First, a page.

Saturday, August 22, 2009

The Pirates of the Pursuit Pad

As I mentioned, I was away for two weeks in Northern Arizona completing a Tactical Driving Instructor School. I am now certified by the state to teach that topic to Peace officers.

It was actually a bit more difficult than I had pictured in my head. How hard could it be to do a bunch of fast driving and squealing of tires. But, they actually made us work hard during the entire two weeks.

The most challenging part of the course was the fact that we had to continually qualify on different driving skills and knowledge assessments. The first week, we had to qualify at the "student" level on everything from multiple backing courses to reverse 180 "j-turns" to the pursuit track to doing evasive and breaking exercises. Most everything had time requirements and many required us to perform several consecutive exercises. This was fine, until you did three in a row of something, then blew it on your third time. Back to square one, with only a limited number of attempts to qualify. Since I haven't driven a standard patrol car for nearly two years and hadn't been exposed to some of the concepts they were teaching since the academy, it was interesting getting back behind the wheel.

The following week, we did the same exercises, having to qualify at "instructor" level. This meant that we had decrease our times, shorten our reaction times and be able to explain the concepts and reasons for the techniques we were taught and expected to teach. They threw plenty of stress on by letting us know that we wouldn't pass the course if we didn't meet all the times and do all the activities as prescribed. But, it turns out that by the second week, all the driving skills were much easier and the concerns I had were in vain.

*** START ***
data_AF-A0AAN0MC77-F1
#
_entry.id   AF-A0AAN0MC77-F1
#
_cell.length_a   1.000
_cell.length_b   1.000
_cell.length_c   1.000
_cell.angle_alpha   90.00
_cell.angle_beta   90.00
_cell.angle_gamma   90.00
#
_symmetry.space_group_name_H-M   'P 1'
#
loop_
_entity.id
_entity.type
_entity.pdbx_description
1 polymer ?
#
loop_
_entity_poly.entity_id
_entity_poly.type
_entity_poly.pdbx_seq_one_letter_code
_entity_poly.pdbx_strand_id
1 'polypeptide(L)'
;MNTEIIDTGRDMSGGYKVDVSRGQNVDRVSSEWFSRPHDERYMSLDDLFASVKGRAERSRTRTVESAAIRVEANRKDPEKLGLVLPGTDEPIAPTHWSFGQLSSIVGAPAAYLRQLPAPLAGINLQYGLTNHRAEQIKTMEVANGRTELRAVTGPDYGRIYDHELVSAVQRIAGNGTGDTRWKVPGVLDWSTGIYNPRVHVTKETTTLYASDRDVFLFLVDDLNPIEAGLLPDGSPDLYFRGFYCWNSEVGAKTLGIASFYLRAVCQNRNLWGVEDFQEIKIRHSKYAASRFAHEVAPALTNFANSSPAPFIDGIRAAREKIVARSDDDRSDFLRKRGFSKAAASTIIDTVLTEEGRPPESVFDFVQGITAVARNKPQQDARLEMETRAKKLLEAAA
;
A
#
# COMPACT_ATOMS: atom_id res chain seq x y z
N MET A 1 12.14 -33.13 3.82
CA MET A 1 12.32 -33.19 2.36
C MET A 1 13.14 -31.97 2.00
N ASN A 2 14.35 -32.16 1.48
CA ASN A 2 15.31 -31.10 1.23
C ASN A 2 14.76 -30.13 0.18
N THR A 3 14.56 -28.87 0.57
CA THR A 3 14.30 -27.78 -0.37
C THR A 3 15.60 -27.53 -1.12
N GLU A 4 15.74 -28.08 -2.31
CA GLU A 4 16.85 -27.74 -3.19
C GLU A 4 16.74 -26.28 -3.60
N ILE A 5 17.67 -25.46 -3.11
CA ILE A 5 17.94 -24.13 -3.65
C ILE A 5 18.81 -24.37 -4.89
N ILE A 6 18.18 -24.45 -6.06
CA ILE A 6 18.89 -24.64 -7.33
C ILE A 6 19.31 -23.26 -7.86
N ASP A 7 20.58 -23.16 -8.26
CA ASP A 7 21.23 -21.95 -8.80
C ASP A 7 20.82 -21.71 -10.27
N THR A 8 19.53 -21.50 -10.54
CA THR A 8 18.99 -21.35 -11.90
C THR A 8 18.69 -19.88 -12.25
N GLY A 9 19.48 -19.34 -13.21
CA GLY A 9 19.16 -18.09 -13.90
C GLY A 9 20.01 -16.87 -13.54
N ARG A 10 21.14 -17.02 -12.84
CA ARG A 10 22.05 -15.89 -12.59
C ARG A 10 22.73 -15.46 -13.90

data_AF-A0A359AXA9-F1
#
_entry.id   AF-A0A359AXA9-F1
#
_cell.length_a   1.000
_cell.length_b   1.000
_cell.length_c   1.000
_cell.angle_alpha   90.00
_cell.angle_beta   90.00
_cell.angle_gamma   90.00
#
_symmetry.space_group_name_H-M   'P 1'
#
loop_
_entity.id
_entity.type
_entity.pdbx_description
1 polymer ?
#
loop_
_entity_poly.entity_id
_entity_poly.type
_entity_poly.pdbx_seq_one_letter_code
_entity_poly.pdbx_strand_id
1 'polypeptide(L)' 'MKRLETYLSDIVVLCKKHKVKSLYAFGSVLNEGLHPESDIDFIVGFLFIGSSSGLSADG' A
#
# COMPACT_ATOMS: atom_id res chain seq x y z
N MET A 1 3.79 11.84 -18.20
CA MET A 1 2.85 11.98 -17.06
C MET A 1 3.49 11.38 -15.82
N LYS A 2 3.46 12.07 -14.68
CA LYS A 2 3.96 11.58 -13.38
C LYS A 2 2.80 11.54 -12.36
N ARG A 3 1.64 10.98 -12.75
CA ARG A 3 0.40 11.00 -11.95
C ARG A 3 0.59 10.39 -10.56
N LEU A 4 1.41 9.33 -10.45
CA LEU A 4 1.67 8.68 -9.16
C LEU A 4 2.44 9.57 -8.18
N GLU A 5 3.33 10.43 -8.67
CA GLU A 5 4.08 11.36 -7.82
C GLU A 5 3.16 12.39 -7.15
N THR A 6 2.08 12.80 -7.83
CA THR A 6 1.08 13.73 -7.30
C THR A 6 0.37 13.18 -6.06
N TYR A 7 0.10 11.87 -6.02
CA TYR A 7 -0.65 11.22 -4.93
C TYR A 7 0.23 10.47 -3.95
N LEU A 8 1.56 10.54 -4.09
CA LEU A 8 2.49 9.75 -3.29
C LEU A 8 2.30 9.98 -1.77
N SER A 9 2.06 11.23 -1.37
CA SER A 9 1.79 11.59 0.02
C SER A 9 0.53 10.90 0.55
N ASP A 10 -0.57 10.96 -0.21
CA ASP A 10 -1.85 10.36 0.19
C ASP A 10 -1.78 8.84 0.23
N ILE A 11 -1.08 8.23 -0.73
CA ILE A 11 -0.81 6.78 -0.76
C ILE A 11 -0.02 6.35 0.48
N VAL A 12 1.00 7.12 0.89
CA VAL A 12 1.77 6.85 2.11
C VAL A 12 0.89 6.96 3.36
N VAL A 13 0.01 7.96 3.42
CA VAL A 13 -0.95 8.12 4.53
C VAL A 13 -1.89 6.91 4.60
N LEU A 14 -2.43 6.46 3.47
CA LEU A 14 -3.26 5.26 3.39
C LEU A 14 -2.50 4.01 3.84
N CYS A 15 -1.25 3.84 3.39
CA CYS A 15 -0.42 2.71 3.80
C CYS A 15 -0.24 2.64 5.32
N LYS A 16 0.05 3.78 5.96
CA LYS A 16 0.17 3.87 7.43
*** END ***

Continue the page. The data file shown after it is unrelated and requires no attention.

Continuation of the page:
I suppose the best part was getting to know some of the other guys taking the class. We had a retired Green Beret that is a cop up north, some tribal police, a sex crimes detective, a former gun store owner that is a cop in the Phoenix area, some former marines, a man nicknamed "gator" because of a previous run in with a gator that took two of his fingers, some state patrol guys, a few heavy drinkers, a guy just back from a year long tour in Iraq and other random characters. It was kind of like being on a pirate ship.

In all, it was a good class. Let me know if anyone wants to learn how to do a J-turn. You provide the car.

1 comment:

Agent Pipes said...

think i can do it in a minivan?